From Mine to Mobile Phone: The Conflict Minerals Supply Chain

 

Enough experts lead you down the path of the 3Ts—tin, tantalum, tungsten—and gold from the mines of Eastern Congo all the way to your cell phone.

Steps Toward a Solution

These six steps connect our cell phones and computers to the conflict in eastern Congo. This connection presents an opportunity for consumers to make a difference by demanding that companies sell us verifiably conflict-free products.
 
A recent Enough Project strategy paper provided an overview of a comprehensive policy to end the trade in conflict minerals, incorporating corporate responsibility, security measures, governance reforms, and livelihoods initiatives.[17] Consumers and companies have a critical role to play, by demanding three steps to enable Congo’s minerals to benefit its people rather than the armed groups that prey upon them:
  • Trace: Companies must determine the precise sources of their minerals. We should support efforts to develop rigorous means of ensuring that the origin and production volume of minerals are transparent.
  • Audit: Companies should conduct detailed examinations of their mineral supply chains to ensure that taxes are legally and transparently paid to the Congolese government and guard against bribery and fraudulent payments. Credible third parties should conduct or verify these audits.
  • Certify: For consumers to be able to purchase conflict-free electronics made with Congolese minerals, a certification scheme that builds upon the lessons of the Kimberley Process will be required. Donor governments and industry should provide financial and technical assistance to galvanize this process.

What You Can Do:

Your cell phone doesn't have to fuel the deadliest war in the world. Use it to change the equation for Congo. It’s your call to make.
  1. Call, email, or meet with your Senators and urge them to both cosponsor and help strengthen the Congo Conflict Minerals Act of 2009 (S.891). Talking points can be found at www.raisehopeforcongo.org or you can dial the U.S. Capitol switchboard at (202) 224-3121.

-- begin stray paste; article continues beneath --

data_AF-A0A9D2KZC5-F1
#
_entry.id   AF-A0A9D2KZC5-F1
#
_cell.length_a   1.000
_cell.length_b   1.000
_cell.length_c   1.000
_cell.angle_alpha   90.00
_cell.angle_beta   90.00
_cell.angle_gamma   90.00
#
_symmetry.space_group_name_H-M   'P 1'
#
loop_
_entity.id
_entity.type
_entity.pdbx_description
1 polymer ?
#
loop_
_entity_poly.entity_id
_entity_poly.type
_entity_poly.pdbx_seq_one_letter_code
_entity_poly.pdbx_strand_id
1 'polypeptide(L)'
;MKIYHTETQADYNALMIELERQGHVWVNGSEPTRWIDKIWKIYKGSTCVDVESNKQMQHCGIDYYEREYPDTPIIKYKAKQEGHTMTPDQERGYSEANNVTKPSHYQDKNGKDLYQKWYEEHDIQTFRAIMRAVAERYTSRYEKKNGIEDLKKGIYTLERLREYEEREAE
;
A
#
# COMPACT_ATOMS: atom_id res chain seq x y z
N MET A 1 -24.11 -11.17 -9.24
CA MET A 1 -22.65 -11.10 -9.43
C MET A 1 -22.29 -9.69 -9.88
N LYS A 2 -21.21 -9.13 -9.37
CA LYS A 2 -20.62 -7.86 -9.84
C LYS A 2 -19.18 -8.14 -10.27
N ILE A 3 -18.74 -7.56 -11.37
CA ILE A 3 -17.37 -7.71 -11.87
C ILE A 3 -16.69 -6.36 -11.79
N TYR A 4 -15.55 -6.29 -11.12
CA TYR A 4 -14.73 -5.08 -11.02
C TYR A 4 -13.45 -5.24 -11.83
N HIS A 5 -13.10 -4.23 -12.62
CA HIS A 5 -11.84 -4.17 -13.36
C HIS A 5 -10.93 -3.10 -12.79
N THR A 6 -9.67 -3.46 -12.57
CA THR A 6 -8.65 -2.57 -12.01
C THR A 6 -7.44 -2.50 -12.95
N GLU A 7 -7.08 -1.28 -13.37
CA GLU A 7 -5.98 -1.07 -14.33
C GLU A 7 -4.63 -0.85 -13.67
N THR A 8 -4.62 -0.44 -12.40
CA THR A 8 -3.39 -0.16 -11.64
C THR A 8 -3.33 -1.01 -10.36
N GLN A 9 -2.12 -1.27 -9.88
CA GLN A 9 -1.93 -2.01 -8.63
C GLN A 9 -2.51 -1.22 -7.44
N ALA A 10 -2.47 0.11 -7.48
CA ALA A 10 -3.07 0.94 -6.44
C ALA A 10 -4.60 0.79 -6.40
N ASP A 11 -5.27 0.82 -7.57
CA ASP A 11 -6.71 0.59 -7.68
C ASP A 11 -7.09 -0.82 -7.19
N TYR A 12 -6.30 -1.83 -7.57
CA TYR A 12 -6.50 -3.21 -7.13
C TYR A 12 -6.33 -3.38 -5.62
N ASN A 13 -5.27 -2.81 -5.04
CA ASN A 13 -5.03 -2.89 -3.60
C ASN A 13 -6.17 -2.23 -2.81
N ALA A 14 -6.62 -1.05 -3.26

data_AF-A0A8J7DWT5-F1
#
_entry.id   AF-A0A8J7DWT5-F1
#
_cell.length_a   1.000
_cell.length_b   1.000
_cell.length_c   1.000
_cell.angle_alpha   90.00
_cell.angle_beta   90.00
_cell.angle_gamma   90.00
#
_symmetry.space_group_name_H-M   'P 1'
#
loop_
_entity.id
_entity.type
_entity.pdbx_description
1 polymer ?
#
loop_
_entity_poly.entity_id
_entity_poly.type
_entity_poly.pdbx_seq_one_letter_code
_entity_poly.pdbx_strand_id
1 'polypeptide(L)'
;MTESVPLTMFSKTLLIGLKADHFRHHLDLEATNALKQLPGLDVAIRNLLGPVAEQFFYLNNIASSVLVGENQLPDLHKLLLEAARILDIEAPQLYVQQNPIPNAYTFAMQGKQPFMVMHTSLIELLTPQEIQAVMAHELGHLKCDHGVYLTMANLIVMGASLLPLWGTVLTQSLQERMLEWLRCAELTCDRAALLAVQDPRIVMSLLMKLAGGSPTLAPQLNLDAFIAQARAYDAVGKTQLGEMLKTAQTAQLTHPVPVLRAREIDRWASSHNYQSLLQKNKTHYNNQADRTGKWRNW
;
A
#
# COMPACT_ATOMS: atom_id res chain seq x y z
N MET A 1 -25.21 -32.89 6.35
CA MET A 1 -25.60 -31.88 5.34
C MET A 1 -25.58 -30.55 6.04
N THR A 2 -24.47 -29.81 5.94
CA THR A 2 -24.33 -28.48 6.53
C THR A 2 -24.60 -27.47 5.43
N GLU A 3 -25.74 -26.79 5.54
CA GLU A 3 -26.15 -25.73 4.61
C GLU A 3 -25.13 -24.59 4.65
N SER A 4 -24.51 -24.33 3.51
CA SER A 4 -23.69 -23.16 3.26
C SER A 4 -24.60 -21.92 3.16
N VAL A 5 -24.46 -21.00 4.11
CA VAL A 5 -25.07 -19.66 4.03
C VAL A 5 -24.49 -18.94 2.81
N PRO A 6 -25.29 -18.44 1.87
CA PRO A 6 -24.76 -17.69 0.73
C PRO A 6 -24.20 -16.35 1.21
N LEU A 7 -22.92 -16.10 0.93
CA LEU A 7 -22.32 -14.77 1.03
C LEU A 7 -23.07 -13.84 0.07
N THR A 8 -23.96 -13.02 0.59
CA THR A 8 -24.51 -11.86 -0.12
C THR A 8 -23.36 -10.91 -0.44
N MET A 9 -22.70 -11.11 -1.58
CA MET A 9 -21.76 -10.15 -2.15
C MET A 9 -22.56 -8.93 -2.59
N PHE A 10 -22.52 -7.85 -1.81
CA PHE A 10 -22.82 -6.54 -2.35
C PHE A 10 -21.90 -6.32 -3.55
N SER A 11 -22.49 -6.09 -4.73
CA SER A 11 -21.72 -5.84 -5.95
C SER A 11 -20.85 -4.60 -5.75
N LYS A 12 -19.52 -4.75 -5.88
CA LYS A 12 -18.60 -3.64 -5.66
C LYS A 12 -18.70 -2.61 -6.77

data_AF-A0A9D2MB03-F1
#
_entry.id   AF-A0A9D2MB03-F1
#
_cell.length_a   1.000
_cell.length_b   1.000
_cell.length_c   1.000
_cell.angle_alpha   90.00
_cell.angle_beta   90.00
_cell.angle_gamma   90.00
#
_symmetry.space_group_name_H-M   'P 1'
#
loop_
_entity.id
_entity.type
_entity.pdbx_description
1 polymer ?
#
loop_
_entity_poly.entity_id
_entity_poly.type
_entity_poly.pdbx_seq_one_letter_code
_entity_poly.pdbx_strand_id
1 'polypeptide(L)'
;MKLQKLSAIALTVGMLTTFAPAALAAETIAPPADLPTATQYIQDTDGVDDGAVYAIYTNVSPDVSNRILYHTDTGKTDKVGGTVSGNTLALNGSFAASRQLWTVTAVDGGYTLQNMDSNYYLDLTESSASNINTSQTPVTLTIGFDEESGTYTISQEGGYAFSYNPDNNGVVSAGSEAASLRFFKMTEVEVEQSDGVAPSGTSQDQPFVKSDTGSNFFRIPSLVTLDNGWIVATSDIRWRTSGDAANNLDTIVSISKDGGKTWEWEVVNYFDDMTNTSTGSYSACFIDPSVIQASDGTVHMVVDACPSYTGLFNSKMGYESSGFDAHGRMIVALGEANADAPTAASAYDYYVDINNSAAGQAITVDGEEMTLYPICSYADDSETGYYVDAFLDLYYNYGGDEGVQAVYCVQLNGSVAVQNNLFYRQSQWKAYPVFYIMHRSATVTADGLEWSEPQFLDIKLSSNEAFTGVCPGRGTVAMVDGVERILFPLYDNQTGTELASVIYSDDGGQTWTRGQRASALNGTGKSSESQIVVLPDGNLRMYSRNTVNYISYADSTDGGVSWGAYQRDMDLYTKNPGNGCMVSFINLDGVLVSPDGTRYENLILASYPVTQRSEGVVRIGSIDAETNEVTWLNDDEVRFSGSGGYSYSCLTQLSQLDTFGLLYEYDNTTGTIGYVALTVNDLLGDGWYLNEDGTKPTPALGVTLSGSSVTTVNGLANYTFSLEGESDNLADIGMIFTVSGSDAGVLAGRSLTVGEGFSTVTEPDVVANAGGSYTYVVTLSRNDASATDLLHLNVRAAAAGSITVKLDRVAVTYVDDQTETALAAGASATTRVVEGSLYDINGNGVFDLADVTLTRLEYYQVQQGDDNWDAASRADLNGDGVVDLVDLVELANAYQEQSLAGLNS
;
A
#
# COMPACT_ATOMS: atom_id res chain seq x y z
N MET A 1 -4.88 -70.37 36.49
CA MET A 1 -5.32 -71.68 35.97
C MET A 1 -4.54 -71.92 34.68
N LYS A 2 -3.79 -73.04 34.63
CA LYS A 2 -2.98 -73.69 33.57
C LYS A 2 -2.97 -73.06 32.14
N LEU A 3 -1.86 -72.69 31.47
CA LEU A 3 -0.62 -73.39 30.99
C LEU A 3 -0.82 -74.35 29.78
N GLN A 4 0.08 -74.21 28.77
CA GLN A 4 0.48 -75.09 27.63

2. Help us increase demand for conflict-free electronics. Visit www.raisehopeforcongo.org to email the biggest buyers of Congo’s conflict minerals—major electronics companies—and let them know that you want to buy conflict-free products. The message is clear: “If you take conflict out of your cell phone, I will buy it.”
  3. Stay in touch! Text the word “Congo” to 228488 (spells ACTIV8) to get updates and actions from RAISE Hope for Congo.
 


[1] There is also currently a House bill being drafted by Rep. McDermott, which would require audits of minerals refining facilities, and which some electronics companies have reportedly supported. Jonathan Broder, “In the Business of Change,” Congressional Quarterly, September 14, 2009.
[2] For a background on the crisis, see John Prendergast and Noel Atama, “Eastern Congo: An Action Plan to End the World’s Deadliest War,” (Washington: Enough Project, 2009).
[3] Janine Zacharia, “Clinton Calls on Congo to Stop Mineral Wealth Funding Conflict,” Bloomberg News, August 11, 2009.
[4] The 3Ts are produced from mineral ores: tin from cassiterite, tungsten from wolframite, and tantalum from columbite-tantalite, known throughout Congo as coltan. To the untrained eye, these minerals look like ordinary rocks, and are often found together in the same ore. For gold, there are three types of mines – underground, in which miners carve out a section of a mountain and dig tunnels beneath the earth; pit, in which miners dig in open ditches; and alluvial, which is panning for gold in rivers, similar to the methods used during the California gold rush over a century ago. See also Dan Fahey, “Le Fleuve D’Or: The Production and Trade of Gold from Mongbwalu, DRC,” (L'Afrique des Grands Lacs Annuaire 2007-2008).